Myofascial Rolling Shown to Increase Flexibility Without Inhibiting Performance
Two recent studies demonstrate the effectiveness of myofascial rolling versus static stretching, which is associated with declines in performance, announced Performance Health.
Akron, OH (PRWEB) August 06, 2013
Two recent studies out of Memorial University of Newfoundland (St. John’s, Canada) support the effectiveness of myofascial rolling. The studies (1),(2) concluded that as little as two minutes of myofascial rolling with foam rollers and a mere five seconds of rolling with a roller massager significantly increased range of motion (ROM) without any significant detrimental effect on muscle strength.
“Decline in muscle strength has been associated with static stretching, which is often used for increasing flexibility and ROM prior to activity. This association discourages some athletes from stretching immediately before an event, which may increase their risk of injury,” stated David G. Behm, PhD, Associate Dean for Graduate Studies and Research, Memorial University. “Even though myofascial rolling has become popular because of its purported benefits in recovery after exercise, there was very little research on the effectiveness of the technique. Our first study, completed late last year, demonstrated the efficacy of myofascial rolling using foam rollers, and our second study, completed just last month, demonstrated its efficacy utilizing the Thera-Band® Roller Massager+.”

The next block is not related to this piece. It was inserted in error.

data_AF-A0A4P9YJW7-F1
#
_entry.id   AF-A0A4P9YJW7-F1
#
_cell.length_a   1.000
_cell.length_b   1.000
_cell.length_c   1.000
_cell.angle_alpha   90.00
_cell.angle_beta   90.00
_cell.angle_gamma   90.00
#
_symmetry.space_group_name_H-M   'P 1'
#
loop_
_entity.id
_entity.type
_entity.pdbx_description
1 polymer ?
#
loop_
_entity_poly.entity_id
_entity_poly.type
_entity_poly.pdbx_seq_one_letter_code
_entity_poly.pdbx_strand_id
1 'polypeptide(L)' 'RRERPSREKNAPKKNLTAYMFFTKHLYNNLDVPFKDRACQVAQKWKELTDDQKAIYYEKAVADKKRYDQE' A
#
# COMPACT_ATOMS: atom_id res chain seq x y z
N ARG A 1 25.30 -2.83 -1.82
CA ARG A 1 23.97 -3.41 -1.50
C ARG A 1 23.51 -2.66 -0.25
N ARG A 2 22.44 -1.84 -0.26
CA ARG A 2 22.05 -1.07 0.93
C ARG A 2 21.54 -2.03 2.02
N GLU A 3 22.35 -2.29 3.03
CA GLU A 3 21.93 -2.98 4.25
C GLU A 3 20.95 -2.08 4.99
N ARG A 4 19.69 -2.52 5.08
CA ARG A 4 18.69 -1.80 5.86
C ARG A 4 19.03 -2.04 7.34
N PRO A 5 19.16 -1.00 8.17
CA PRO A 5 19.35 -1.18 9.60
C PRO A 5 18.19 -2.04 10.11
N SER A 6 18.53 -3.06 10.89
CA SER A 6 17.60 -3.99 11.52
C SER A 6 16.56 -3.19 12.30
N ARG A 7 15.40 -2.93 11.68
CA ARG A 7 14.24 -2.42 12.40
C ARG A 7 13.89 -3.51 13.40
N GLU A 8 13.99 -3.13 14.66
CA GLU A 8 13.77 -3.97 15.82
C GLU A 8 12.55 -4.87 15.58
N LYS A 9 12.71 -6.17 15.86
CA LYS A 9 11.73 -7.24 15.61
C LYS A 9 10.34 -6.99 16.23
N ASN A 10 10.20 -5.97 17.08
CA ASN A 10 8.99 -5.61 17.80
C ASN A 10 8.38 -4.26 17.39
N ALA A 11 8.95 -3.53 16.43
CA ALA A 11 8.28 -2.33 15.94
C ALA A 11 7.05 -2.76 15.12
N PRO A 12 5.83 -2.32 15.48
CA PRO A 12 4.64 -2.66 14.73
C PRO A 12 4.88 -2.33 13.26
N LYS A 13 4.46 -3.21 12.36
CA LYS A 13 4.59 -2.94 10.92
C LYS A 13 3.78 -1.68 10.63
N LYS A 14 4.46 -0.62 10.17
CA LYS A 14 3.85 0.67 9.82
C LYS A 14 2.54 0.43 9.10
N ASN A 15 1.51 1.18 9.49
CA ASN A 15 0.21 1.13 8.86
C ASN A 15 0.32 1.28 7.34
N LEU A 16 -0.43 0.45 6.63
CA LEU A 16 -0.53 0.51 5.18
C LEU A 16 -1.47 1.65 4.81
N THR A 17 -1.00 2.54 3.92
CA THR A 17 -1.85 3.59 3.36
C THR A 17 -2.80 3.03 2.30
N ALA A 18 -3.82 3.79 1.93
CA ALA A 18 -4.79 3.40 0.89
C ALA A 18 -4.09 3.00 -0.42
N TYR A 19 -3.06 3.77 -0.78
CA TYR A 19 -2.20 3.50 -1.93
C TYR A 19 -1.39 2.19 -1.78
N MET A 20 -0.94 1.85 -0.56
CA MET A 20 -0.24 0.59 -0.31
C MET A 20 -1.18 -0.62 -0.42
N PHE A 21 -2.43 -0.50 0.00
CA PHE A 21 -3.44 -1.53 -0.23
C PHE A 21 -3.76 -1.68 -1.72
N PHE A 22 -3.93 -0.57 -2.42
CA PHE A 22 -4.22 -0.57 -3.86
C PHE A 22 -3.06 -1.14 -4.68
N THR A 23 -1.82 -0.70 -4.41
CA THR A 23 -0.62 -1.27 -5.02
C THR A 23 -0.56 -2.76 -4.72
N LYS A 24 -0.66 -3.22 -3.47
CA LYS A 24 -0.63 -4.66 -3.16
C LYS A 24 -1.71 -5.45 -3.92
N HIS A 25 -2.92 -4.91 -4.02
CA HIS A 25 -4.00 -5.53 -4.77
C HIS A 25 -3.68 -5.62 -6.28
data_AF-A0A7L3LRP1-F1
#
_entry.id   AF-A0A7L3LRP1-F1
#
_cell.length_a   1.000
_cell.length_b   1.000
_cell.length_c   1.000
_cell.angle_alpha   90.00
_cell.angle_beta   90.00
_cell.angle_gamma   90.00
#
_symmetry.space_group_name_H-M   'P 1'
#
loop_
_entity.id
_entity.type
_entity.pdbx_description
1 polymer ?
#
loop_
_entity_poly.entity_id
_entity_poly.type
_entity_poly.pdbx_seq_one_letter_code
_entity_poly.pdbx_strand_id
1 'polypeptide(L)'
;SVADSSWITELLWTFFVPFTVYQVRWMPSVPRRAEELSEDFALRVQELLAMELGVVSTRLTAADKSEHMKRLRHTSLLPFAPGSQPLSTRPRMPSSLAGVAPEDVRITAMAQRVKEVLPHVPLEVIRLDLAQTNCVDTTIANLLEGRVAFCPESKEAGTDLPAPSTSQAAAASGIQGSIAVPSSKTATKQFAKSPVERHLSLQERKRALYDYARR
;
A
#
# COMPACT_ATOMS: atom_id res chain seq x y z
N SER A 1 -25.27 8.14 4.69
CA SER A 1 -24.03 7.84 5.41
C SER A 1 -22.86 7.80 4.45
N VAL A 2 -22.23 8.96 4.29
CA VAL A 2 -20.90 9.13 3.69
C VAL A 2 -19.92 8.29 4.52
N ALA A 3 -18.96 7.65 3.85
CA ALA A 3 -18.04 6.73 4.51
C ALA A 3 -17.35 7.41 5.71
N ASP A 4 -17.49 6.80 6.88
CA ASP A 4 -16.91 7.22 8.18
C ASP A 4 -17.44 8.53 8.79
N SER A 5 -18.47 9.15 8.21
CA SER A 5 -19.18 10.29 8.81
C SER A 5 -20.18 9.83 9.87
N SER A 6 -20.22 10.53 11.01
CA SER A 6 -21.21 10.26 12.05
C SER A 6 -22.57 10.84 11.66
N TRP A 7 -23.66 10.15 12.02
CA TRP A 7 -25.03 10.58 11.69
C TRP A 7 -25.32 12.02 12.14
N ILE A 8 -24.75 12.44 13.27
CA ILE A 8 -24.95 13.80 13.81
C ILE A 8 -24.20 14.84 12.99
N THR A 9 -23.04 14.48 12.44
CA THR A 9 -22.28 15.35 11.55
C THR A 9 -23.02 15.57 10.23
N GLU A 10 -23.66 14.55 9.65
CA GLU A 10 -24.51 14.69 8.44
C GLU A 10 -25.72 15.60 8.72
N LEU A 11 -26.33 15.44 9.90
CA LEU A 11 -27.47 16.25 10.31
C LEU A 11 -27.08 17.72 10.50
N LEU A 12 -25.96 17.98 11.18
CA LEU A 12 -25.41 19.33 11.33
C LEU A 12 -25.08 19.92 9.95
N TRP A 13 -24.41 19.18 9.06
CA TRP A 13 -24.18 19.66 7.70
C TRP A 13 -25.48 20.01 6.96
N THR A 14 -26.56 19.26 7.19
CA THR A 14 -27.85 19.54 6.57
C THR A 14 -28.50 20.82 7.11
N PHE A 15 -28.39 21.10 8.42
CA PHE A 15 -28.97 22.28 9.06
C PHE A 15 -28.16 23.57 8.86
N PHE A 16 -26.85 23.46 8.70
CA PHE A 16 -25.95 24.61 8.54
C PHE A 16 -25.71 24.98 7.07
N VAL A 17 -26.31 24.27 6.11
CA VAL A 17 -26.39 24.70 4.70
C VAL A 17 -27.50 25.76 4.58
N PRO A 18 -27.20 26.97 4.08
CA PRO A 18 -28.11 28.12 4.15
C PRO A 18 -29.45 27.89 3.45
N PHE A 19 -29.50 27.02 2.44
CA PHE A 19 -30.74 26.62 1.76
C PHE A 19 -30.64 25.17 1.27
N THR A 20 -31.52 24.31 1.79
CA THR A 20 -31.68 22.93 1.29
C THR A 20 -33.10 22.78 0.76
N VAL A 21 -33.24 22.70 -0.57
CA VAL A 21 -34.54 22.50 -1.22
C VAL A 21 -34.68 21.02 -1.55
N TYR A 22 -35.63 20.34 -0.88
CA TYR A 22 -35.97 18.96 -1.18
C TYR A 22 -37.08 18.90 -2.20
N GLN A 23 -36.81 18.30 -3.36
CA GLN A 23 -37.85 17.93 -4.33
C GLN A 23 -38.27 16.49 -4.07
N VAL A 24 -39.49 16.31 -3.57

Although used for many years in physical therapy, foam rollers have recently surged in popularity both in therapy and fitness for myofascial rolling. The rolling pressure applied along a muscle is thought to compress the tissue and increase flexibility of the muscle and fascia, possibly ‘breaking up’ fibrous adhesions between layers of fascia. While myofascial release is usually performed by a therapist on a patient, ‘self-myofascial release’ is widely performed using tools such as Thera-Band® foam rollers and the Roller Massager+.
The first Memorial University study, conducted by Dr. Behm, Dr. Duane C. Button and colleagues, found a significant (10° to 20°) increase in knee range of motion after rolling the quadriceps for only two minutes. In addition, the participants did not experience a decrease in knee strength or muscle activation with the increased range of motion, often seen immediately after static stretching. This study was published in Journal of Strength and Conditioning Research.
In the second study, the Memorial University research team wanted to determine if similar results were possible using the Thera-Band Roller Massager+. All study participants were measured for hamstring flexibility (sit-and-reach test), maximal strength, and muscle activation before and after the intervention. The researchers reported a significant increase in hamstring flexibility (4.3%) after only five seconds of rolling. After 10 seconds, there was a 6.6% increase in flexibility, although not statistically greater than at ten seconds. There was no advantage to performing multiple sets of rolling. As expected, there were no changes in hamstring muscle performance after the rolling intervention.